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ASU Electronic Theses and Dissertations


This collection includes most of the ASU Theses and Dissertations from 2011 to present. ASU Theses and Dissertations are available in downloadable PDF format; however, a small percentage of items are under embargo. Information about the dissertations/theses includes degree information, committee members, an abstract, supporting data or media.

In addition to the electronic theses found in the ASU Digital Repository, ASU Theses and Dissertations can be found in the ASU Library Catalog.

Dissertations and Theses granted by Arizona State University are archived and made available through a joint effort of the ASU Graduate College and the ASU Libraries. For more information or questions about this collection contact or visit the Digital Repository ETD Library Guide or contact the ASU Graduate College at gradformat@asu.edu.


Sparsity has become an important modeling tool in areas such as genetics, signal and audio processing, medical image processing, etc. Via the penalization of l-1 norm based regularization, the structured sparse learning algorithms can produce highly accurate models while imposing various predefined structures on the data, such as feature groups or graphs. In this thesis, I first propose to solve a sparse learning model with a general group structure, where the predefined groups may overlap with each other. Then, I present three real world applications which can benefit from the group structured sparse learning technique. In the first application, I …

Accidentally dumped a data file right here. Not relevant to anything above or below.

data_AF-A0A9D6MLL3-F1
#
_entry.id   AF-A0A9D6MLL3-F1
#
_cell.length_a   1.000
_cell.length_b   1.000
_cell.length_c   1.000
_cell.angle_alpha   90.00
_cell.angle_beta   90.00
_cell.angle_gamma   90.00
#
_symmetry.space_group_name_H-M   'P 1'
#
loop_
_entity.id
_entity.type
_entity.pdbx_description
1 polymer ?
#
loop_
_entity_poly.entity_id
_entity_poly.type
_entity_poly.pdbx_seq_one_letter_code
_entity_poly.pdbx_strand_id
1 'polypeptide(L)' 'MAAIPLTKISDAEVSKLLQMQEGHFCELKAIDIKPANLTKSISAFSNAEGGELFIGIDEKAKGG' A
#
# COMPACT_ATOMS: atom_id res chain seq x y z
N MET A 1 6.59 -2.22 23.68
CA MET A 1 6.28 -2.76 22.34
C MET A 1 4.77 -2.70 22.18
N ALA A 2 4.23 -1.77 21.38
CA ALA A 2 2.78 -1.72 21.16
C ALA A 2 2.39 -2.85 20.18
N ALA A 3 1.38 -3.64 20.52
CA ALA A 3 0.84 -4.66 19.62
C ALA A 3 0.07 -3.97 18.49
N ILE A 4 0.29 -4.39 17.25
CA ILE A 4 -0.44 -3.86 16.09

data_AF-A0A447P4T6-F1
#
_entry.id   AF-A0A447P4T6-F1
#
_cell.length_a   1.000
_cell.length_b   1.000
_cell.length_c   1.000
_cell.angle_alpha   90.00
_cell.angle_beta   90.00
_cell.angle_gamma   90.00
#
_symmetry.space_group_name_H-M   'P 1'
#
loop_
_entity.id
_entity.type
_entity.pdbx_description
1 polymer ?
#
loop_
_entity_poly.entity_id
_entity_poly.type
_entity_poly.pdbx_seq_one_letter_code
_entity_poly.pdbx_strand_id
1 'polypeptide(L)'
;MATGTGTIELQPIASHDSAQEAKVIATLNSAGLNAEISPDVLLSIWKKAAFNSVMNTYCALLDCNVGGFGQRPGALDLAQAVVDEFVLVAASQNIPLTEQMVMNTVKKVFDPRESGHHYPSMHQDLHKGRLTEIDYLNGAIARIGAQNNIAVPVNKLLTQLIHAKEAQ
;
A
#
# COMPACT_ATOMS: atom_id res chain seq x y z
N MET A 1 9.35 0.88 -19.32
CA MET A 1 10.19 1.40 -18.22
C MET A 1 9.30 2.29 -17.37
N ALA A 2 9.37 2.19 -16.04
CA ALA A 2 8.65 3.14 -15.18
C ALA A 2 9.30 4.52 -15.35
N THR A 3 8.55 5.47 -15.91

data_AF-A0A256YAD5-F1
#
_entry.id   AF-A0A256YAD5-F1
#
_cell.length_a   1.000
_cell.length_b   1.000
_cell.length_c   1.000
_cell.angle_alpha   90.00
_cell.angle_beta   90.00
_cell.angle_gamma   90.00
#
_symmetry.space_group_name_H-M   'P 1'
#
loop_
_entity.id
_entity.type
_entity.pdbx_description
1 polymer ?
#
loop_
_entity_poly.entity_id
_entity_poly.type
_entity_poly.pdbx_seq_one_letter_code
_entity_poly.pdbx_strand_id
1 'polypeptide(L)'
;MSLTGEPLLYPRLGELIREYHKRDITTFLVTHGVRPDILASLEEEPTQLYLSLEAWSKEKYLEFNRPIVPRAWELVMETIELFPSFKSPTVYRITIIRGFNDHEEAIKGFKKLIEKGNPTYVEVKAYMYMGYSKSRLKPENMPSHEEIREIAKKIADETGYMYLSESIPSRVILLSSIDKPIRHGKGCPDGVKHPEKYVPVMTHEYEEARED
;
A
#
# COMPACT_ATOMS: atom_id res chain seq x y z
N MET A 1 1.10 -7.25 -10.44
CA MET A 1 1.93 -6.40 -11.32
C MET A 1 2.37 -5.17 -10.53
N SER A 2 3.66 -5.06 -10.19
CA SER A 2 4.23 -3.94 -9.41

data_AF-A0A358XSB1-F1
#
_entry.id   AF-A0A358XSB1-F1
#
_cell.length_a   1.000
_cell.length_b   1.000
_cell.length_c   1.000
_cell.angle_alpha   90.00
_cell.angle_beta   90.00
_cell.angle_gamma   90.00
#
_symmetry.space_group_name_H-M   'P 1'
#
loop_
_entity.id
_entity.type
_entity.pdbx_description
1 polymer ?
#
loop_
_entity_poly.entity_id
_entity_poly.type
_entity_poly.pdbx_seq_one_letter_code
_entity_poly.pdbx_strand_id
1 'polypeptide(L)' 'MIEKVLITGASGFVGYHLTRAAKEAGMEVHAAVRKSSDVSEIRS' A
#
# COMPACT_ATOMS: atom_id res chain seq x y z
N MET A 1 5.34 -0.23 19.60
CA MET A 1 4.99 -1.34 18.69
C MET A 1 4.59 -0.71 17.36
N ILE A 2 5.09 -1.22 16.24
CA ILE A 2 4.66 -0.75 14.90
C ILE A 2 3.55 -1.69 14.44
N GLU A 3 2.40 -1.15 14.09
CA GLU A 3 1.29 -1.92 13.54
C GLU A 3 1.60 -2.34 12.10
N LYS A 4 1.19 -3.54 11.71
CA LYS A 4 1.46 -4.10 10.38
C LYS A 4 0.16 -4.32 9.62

Contributors
Yuan, Lei, Ye, Jieping, Wang, Yalin, et al.
Created Date
2013

Damage to the central nervous system due to spinal cord or traumatic brain injury, as well as degenerative musculoskeletal disorders such as arthritis, drastically impact the quality of life. Regeneration of complex structures is quite limited in mammals, though other vertebrates possess this ability. Lizards are the most closely related organism to humans that can regenerate de novo skeletal muscle, hyaline cartilage, spinal cord, vasculature, and skin. Progress in studying the cellular and molecular mechanisms of lizard regeneration has previously been limited by a lack of genomic resources. Building on the release of the genome of the green anole, <i>Anolis …

Contributors
Hutchins, Elizabeth, Kusumi, Kenro, Rawls, Jeffrey A., et al.
Created Date
2015